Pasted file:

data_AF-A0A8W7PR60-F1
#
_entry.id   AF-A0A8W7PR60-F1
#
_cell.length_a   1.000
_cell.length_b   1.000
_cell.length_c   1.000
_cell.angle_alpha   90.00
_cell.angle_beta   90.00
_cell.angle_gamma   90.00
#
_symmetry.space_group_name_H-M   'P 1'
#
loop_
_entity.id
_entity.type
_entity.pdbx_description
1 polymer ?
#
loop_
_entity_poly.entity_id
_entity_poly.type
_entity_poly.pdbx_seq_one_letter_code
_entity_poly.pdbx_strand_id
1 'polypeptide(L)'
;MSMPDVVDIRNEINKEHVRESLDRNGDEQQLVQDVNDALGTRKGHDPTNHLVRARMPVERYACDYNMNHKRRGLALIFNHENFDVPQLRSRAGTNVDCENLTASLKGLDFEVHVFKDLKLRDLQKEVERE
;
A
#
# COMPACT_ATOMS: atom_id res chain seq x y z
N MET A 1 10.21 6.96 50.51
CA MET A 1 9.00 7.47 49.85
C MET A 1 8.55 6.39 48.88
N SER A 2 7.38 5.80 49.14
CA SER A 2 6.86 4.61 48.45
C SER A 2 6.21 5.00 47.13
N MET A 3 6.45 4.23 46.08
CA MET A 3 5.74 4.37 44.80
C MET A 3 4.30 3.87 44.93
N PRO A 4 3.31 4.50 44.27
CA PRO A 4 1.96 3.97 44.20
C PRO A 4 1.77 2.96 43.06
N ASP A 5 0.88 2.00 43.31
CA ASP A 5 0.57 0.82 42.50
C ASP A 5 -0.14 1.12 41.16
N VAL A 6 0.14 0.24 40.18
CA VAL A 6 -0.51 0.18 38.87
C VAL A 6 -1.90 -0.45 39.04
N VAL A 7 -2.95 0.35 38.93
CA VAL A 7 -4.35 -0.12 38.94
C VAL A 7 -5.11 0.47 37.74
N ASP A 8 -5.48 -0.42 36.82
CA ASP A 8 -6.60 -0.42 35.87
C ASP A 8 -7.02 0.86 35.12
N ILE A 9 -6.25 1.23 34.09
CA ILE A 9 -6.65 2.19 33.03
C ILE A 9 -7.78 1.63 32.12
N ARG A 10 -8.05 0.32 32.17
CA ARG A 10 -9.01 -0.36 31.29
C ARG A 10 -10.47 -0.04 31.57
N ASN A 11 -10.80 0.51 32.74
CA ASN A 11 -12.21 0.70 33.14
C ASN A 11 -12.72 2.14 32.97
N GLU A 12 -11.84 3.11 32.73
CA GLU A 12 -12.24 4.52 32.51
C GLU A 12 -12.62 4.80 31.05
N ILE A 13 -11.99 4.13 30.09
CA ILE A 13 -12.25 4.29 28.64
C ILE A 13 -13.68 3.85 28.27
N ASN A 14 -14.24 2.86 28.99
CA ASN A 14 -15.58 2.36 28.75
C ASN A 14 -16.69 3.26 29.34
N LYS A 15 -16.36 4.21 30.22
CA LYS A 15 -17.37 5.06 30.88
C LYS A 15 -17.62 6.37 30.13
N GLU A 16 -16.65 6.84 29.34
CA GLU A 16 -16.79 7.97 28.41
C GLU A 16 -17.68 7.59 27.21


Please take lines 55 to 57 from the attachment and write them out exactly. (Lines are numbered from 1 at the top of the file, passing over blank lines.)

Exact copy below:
N ILE A 9 -6.25 1.23 34.09
CA ILE A 9 -6.65 2.19 33.03
C ILE A 9 -7.78 1.63 32.12